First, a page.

US7137318 *Nov 24, 2004Nov 21, 2006Falzone Loren PRatchet-based, torqued-enhanced fastener tool
US7389978Feb 28, 2006Jun 24, 2008The Stanley WorksAdjustable clamp
US7604224Oct 3, 2006Oct 20, 2009The Stanley WorksMotorized clamp
US7735813Nov 7, 2007Jun 15, 2010Irwin Industrial Tools GmbhClamping or spreading tool
US7758591 *May 29, 2003Jul 20, 2010Boston Scientific Scimed, Inc.Medical device having linear to rotation control
US8240647May 5, 2010Aug 14, 2012Irwin Industrial Tools GmbhClamping or spreading tool
US8267192 *Feb 17, 2010Sep 18, 2012Black & Decker Inc.Ergonomic handle for power tool
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US8590871Dec 7, 2009Nov 26, 2013Irwin Industrial Tool CompanyClamping and or spreading tool
US8657029 *Aug 1, 2012Feb 25, 2014Makita CorporationPortable power tool with grooved hand grip
US8683895Feb 23, 2010Apr 1, 2014Kensey Nash CorporationSingle revolution snap action drive for surgical fasteners
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US20120292069 *Nov 22, 2012Makita CorporationPortable power tool
US20140130640 *Oct 29, 2013May 15, 2014Worktools, Inc.Hand squeeze powered rotary tool
EP0328799A2 *Feb 1, 1988Aug 23, 1989Worktools, Inc.,Variable torque driver tool
EP0974305A2 *Jun 28, 1999Jan 26, 2000Millennium Devices, LLCManual Drills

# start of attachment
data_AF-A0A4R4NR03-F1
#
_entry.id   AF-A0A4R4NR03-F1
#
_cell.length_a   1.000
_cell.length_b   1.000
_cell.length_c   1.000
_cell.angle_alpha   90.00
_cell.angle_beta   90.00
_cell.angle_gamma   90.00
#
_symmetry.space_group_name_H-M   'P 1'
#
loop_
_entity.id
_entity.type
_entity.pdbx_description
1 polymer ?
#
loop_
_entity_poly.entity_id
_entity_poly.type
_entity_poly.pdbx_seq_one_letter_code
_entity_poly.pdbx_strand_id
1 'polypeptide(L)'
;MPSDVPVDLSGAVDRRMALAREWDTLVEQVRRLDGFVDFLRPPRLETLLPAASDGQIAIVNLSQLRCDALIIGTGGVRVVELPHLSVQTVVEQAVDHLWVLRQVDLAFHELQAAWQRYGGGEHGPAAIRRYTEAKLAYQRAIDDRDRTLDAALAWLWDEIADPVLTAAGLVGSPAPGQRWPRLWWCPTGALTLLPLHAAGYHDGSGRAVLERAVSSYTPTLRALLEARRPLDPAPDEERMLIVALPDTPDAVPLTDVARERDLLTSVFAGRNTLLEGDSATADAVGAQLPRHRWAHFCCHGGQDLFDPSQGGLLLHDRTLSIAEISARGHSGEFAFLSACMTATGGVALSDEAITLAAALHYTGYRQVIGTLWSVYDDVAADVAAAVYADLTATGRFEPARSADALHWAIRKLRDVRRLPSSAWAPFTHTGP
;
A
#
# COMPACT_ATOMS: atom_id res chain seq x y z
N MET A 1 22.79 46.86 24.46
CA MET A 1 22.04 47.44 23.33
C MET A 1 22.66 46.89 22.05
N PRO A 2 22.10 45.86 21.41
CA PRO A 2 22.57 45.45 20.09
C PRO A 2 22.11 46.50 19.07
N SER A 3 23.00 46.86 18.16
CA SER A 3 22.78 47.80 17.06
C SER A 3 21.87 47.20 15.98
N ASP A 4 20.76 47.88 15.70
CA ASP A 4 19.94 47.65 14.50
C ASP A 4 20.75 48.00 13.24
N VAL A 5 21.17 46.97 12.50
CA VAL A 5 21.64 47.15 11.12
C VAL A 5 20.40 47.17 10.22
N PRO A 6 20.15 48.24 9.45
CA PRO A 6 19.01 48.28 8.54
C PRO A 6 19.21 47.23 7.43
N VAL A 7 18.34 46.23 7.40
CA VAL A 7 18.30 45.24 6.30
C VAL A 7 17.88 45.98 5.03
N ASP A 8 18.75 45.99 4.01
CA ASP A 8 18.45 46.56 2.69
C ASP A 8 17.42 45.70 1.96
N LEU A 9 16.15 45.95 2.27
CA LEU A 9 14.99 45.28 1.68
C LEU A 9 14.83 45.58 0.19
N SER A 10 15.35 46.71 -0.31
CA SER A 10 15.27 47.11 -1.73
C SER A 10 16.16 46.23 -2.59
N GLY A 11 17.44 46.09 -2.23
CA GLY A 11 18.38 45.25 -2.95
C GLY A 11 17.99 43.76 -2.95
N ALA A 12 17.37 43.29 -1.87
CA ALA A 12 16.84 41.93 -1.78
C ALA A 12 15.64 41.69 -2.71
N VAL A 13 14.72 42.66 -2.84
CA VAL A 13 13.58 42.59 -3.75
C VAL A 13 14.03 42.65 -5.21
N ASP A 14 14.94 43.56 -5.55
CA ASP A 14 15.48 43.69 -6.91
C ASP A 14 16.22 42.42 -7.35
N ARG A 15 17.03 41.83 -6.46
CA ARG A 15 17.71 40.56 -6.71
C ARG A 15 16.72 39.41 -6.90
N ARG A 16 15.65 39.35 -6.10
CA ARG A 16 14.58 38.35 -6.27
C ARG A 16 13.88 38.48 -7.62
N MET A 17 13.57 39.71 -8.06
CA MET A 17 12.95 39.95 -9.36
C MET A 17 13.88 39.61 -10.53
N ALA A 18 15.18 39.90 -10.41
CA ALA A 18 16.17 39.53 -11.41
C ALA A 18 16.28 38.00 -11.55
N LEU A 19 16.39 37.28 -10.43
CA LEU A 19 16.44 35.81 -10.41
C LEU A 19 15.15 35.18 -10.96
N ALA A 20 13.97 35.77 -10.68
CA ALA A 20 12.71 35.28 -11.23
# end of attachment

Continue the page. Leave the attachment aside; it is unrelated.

Classifications
U.S. Classification173/170, 81/57.39, 74/89.45
International ClassificationB25B15/06, B25B15/04, B25B23/16, B25B13/46, B25F5/00
Cooperative ClassificationB25B15/04, B25B15/06, Y10T74/18752, B25B23/16, B25B13/461
European ClassificationB25B15/06, B25B13/46B, B25B15/04, B25B23/16
Legal Events
DateCodeEventDescription
Feb 2, 1987ASAssignment
Owner name: GOLDMAR MANUFACTURING CO., A CORP. OF CA.,CALIFORN
Free format text: ASSIGNMENT OF ASSIGNORS INTEREST;ASSIGNOR:MARKS, JOEL S.;REEL/FRAME:004659/0703
Effective date: 19860925
Mar 14, 1988ASAssignment
Owner name: GOLDMAR MANUFACTURING CO., INC., A CA CORP.
Free format text: ASSIGNMENT OF ASSIGNORS INTEREST.;ASSIGNOR:MARKS, JOEL S.;REEL/FRAME:004837/0585
Effective date: 19880229
Owner name: GOLDMAR MANUFACTURING CO., INC., A CA CORP.,CALIFO
Free format text: ASSIGNMENT OF ASSIGNORS INTEREST;ASSIGNOR:MARKS, JOEL S.;REEL/FRAME:004837/0585
Effective date: 19880229
Oct 24, 1991FPAYFee payment
Year of fee payment: 4
Sep 26, 1995FPAYFee payment
Year of fee payment: 8
Oct 22, 1999FPAYFee payment
Year of fee payment: 12